- US companies can restart trade with Huawei in two to four weeks.
- US companies need a license to trade with Huawei.
The United States eased the ban on China’s smartphone and network equipment supplier Huawei at the end of June. Huawei is a key customer of many US-based semiconductor companies. 15 days after the announcement, a senior US official told Reuters that the government may approve licenses to trade with Huawei in two to four weeks. What does this mean to US semiconductor companies?
Let’s rewind a little and understand what the ease on the Huawei ban means. When Trump announced the ease, he didn’t provide details on how the government would process the policy change. He stated that US firms can ship generic technology to Huawei that’s also available outside the US and is not a national security threat.
After the President’s announcement, the Commerce Department clarified that Huawei is still on the Entity List. If a US company wants to trade with Huawei, it has to apply for a license. Plus, the license could likely be denied. This means that US companies cannot restart trade with Huawei unless they obtain the license. However, the ease in the ban will grant US companies licenses to ship generic technology to Huawei in two to four weeks.
US companies found ways to trade with Huawei ban
After the Huawei ban was implemented on May 15, the US gave a 90-day waiver to allow US and Chinese companies to adjust accordingly. So, this waiver allowed US companies to sell goods and services to Huawei’s existing networks and handsets. The ban applied to shipping goods and services for Huawei’s new products.
Moreover, US companies’ manufacturing operations outside America were exempt from the US trade ban on Huawei. This means US companies can leverage their global supply chains and ship Huawei components manufactured abroad. Micron Technology (MU) started its trade with Huawei by shipping products that didn’t fall under the ban in mid-June.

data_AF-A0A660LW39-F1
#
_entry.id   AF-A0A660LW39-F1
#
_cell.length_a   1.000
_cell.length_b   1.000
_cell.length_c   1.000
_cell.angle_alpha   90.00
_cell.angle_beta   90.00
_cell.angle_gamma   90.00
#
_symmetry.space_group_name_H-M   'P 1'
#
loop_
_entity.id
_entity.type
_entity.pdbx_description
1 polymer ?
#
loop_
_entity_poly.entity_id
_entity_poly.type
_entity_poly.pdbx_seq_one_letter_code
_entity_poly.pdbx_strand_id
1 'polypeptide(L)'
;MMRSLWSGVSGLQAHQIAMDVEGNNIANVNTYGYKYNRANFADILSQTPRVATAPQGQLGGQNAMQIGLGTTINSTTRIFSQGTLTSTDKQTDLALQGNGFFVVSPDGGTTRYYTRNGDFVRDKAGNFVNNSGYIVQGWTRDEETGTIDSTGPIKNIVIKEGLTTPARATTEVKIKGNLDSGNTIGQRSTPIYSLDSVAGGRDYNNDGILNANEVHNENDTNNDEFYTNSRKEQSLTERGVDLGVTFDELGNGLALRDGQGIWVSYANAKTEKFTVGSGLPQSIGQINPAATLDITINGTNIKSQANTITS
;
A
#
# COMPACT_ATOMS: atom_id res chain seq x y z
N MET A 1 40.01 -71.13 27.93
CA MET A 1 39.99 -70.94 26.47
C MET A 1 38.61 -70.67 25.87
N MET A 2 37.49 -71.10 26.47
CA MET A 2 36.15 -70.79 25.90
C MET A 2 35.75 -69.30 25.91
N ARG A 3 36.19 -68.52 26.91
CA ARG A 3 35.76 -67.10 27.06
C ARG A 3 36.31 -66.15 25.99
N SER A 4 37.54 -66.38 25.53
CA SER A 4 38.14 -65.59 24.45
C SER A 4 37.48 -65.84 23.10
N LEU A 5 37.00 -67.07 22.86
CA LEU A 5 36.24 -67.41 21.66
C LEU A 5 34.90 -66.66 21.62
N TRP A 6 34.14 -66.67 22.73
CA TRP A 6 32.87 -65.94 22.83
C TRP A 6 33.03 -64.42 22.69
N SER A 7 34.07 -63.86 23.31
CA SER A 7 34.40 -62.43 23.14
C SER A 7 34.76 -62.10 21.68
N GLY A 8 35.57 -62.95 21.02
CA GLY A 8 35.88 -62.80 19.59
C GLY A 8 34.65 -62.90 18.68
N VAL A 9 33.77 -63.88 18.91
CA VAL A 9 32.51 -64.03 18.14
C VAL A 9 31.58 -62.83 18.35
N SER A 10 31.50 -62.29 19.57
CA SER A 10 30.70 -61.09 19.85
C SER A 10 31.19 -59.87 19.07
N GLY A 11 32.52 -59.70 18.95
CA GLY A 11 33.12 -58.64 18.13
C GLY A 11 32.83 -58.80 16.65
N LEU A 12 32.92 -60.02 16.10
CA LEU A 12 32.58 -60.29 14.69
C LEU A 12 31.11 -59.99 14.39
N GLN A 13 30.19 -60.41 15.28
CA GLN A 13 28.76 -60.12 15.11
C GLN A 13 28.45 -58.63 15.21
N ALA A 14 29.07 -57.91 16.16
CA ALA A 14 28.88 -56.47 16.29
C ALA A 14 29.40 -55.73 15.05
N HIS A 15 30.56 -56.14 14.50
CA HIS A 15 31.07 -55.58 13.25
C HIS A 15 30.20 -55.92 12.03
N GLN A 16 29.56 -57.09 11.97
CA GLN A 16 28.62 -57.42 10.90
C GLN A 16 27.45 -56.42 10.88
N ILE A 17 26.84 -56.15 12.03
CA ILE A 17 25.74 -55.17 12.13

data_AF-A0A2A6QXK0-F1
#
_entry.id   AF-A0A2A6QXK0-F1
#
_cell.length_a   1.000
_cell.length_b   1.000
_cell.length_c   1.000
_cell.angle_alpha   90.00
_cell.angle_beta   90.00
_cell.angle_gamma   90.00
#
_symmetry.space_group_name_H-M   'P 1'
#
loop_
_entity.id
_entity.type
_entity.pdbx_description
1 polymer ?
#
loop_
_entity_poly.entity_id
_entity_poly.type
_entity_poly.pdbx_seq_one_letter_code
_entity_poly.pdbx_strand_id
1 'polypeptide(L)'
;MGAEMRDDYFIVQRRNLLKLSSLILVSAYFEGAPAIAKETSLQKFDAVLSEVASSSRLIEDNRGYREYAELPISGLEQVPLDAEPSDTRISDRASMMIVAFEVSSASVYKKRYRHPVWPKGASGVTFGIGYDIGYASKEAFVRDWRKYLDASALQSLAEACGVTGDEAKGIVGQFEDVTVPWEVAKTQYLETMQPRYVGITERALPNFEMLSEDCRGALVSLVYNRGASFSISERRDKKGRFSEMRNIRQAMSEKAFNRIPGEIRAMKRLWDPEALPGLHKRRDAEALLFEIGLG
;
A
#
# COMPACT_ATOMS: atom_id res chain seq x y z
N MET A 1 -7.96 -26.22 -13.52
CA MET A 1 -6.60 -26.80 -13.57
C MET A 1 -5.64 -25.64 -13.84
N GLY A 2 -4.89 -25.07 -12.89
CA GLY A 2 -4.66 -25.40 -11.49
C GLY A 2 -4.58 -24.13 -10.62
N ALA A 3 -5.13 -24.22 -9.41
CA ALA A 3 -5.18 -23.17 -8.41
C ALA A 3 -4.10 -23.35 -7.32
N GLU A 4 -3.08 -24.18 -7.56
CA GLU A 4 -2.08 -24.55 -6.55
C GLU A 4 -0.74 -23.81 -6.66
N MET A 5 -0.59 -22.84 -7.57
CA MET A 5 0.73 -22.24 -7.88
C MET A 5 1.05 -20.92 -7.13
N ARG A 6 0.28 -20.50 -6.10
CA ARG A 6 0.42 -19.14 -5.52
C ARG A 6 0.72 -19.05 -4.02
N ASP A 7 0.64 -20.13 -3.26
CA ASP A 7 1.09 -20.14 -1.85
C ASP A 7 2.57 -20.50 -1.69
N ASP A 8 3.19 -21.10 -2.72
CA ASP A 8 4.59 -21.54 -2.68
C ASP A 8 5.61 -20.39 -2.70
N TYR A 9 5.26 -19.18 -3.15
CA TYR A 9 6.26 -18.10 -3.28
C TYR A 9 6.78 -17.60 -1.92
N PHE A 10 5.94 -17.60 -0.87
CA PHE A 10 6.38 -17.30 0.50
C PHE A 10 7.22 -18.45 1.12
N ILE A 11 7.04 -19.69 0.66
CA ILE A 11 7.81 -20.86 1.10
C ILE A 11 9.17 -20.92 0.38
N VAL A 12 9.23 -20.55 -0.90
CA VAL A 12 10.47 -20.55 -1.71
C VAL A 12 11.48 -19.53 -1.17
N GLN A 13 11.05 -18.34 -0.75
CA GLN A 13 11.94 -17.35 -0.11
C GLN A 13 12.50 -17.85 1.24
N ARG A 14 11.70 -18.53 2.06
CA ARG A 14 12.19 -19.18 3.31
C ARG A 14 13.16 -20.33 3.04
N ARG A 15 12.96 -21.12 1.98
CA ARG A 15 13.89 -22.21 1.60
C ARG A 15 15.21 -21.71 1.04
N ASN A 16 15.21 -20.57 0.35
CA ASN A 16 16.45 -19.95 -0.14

What does the license approval mean to US chip companies?
Even after the Huawei ban ease, some analysts believed that applying for a license is a waste of time. As the Commerce Department would view all applications as per the “presumption of denial” licensing policy, there was little chance of approving the license. However, the news that the commerce department could grant licenses in as few as two weeks revived semiconductor companies’ confidence. Two unnamed US semiconductor companies told Reuters that they would apply for more licenses.
A license will allow chip companies to supply generic technology for Huawei’s new products, which form a bigger portion of chip orders. Qualcomm (QCOM), Broadcom (AVGO), and Xilinx are among Huawei’s US-based chip suppliers. Qorvo revised its earnings guidance for the second quarter of this calendar year to account for the Huawei ban. The ease in the ban could help the above chip companies mitigate the impact of a complete ban on Huawei. The above stocks rose above 0.5% in the first half of the July 15 trading session.
US government’s criteria to grant license still unclear
While the US Commerce Department is accelerating the implementation of policy change related to Huawei, there are a lot of grey areas left. The US Commerce Department didn’t state the criteria to review the applications. It also didn’t clarify which products can get licenses. The officials stated that the department will grant licenses on a case-by-case basis. Former Under Secretary of commerce, Eric Hirschhorn stated that rapid changes in policies have left the government officials confused on the direction ahead.